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Pregnancy and complex social factors
This pathway covers service provision for pregnant women with complex social factors.
The NICE Pathway on antenatal care outlines the care that women should be offered during pregnancy. However, pregnant women with complex social factors may have additional needs. This pathway sets out what healthcare professionals as individuals, and antenatal services as a whole, can do to address these needs and improve pregnancy outcomes in this group of women. This pathway has been developed in collaboration with the Social Care Institute for Excellence and will also be of relevance to professionals working in social services and education/childcare.
The pathway applies to all pregnant women with complex social factors and contains a number of recommendations on standards of care for this population as a whole. However, four groups of pregnant women were identified as exemplars:
- women who misuse substances (alcohol and/or drugs)
- women who are recent migrants, asylum seekers or refugees, or who have difficulty reading or speaking English
- young women aged under 20 years
- women who experience domestic abuse.
Because there are differences in the barriers to care and particular needs of these four groups, specific recommendations have been made for each group. Specific issues addressed in the pathway include:
- the most appropriate healthcare setting for antenatal care provision
- practice models for overcoming barriers and facilitating access, including access to interpreting services and all necessary care
- ways of communicating information to women so that they can make appropriate choices
- optimisation of resources.
The NICE guidance that was used to create the pathway.
Pregnancy and complex social factors. NICE clinical guideline 110 (2010)
Effective interventions library
Successful effective interventions library details
These resources include support for commissioners to plan for costs and savings of guidance implementation and meeting quality standards where they apply.
These resources will help to inform discussions with providers about the development of services and may include measurement and action planning tools.
Education and learning
NICE produces resources for individual practitioners, teams and those with a role in education to help improve and assess users' knowledge of relevant NICE guidance and its application in practice.
Service improvement and audit
These resources provide help with planning ahead for NICE guidance, understanding where you are now, and conducting improvement initiatives.
Information for the public
NICE produces information for the public that summarises, in plain English, the recommendations that NICE makes to healthcare and other professionals.
NICE has written information for the public explaining its guidance on:
Patients and healthcare professionals have rights and responsibilities as set out in the NHS Constitution for England – all NICE guidance is written to reflect these. Treatment and care should take into account individual needs and preferences. People should have the opportunity to make informed decisions about their care and treatment, in partnership with their healthcare professionals. If someone does not have the capacity to make decisions, healthcare professionals should follow the Department of Health's advice on consent, the code of practice that accompanies the Mental Capacity Act and the supplementary code of practice on deprivation of liberty safeguards. In Wales, healthcare professionals should follow advice on consent from the Welsh Government.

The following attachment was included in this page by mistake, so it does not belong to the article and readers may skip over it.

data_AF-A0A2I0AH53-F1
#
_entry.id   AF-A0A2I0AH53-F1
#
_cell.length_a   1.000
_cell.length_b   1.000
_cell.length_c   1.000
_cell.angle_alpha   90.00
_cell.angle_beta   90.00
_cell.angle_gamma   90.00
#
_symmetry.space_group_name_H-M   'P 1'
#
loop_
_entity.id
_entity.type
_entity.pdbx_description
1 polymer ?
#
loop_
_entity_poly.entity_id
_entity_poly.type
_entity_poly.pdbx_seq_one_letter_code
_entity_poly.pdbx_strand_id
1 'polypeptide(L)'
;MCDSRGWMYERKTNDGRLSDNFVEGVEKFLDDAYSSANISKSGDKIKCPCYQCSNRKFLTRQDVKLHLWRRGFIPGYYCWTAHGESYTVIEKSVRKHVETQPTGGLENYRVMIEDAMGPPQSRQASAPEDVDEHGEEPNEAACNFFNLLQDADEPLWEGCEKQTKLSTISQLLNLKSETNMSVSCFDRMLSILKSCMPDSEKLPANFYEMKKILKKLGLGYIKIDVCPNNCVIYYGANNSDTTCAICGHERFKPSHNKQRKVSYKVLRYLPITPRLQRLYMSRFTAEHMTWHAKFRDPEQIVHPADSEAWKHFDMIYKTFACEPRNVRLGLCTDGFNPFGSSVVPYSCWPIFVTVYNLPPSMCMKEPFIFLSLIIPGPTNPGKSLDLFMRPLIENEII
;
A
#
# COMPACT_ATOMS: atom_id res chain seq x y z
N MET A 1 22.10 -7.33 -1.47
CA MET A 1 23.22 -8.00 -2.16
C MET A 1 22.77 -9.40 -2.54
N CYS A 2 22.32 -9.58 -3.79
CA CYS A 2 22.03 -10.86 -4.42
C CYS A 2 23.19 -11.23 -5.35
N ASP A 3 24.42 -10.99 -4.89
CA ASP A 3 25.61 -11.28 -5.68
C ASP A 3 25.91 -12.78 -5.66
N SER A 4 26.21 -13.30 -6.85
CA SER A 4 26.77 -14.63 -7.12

If the person is under 16, healthcare professionals should follow the guidelines in Seeking consent: working with children. If a young person is moving between paediatric and adult services their care should be planned and managed according to the best practice guidance described in the Department of Health's Transition: getting it right for young people.
Updates to this pathway
22 February 2013 Minor maintenance updates
An incident of threatening behaviour, violence or abuse (psychological, physical, sexual, financial or emotional) between adults who are or have been intimate partners or family members, regardless of gender or sexuality. It can also include forced marriage, female genital mutilation and 'honour violence'.
Women who moved to the UK within the previous 12 months.
Morbidity that has a lasting impact on either the woman or the child.
Regular use of recreational drugs, misuse of over-the-counter medications, misuse of prescription medications, misuse of alcohol or misuse of volatile substances (such as solvents or inhalants) to an extent where physical dependence or harm is a risk (to the woman and/or her unborn baby).
Pregnant women with complex social factors
Antenatal care pathwayView the 'Antenatal care overview' path
What discourages some pregnant women with complex social factors from using antenatal care services
How can these problems be addressed?
Improve service organisationView the 'Improve service organisation for pregnant women with complex social factors' path
Provide training for healthcare staffView the 'Provide training for healthcare staff who work with pregnant women with complex social factors' path
Enhance care deliveryView the 'Enhance care delivery for pregnant women with complex social factors' path
Paths in this pathway
- Improve service organisation for pregnant women with complex social factors
- Provide training for healthcare staff who work with pregnant women with complex social factors
- Enhance care delivery for pregnant women with complex social factors
Pathway created: March 2012 Last updated: February 2013
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